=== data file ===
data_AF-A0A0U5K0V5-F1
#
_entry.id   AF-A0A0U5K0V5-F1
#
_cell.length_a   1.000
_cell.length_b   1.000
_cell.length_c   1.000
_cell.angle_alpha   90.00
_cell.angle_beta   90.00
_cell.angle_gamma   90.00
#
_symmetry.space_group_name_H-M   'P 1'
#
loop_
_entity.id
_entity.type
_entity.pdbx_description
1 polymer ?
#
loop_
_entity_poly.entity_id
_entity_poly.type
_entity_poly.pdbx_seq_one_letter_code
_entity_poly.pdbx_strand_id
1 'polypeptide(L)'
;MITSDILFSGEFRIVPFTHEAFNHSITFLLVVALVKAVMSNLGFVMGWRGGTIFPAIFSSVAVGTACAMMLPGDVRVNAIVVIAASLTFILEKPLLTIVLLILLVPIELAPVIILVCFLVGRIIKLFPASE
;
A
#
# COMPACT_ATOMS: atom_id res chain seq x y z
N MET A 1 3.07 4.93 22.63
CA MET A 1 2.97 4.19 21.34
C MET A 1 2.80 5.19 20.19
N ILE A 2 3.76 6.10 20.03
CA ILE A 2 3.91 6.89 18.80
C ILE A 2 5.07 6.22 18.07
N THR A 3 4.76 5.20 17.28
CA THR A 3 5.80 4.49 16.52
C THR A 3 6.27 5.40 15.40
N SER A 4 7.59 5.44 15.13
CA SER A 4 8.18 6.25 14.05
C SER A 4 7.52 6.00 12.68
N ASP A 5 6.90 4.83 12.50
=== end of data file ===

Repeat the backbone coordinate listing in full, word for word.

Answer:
data_AF-A0A0U5K0V5-F1
#
_entry.id   AF-A0A0U5K0V5-F1
#
_cell.length_a   1.000
_cell.length_b   1.000
_cell.length_c   1.000
_cell.angle_alpha   90.00
_cell.angle_beta   90.00
_cell.angle_gamma   90.00
#
_symmetry.space_group_name_H-M   'P 1'
#
loop_
_entity.id
_entity.type
_entity.pdbx_description
1 polymer ?
#
loop_
_entity_poly.entity_id
_entity_poly.type
_entity_poly.pdbx_seq_one_letter_code
_entity_poly.pdbx_strand_id
1 'polypeptide(L)'
;MITSDILFSGEFRIVPFTHEAFNHSITFLLVVALVKAVMSNLGFVMGWRGGTIFPAIFSSVAVGTACAMMLPGDVRVNAIVVIAASLTFILEKPLLTIVLLILLVPIELAPVIILVCFLVGRIIKLFPASE
;
A
#
# COMPACT_ATOMS: atom_id res chain seq x y z
N MET A 1 3.07 4.93 22.63
CA MET A 1 2.97 4.19 21.34
C MET A 1 2.80 5.19 20.19
N ILE A 2 3.76 6.10 20.03
CA ILE A 2 3.91 6.89 18.80
C ILE A 2 5.07 6.22 18.07
N THR A 3 4.76 5.20 17.28
CA THR A 3 5.80 4.49 16.52
C THR A 3 6.27 5.40 15.40
N SER A 4 7.59 5.44 15.13
CA SER A 4 8.18 6.25 14.05
C SER A 4 7.52 6.00 12.68
N ASP A 5 6.90 4.83 12.50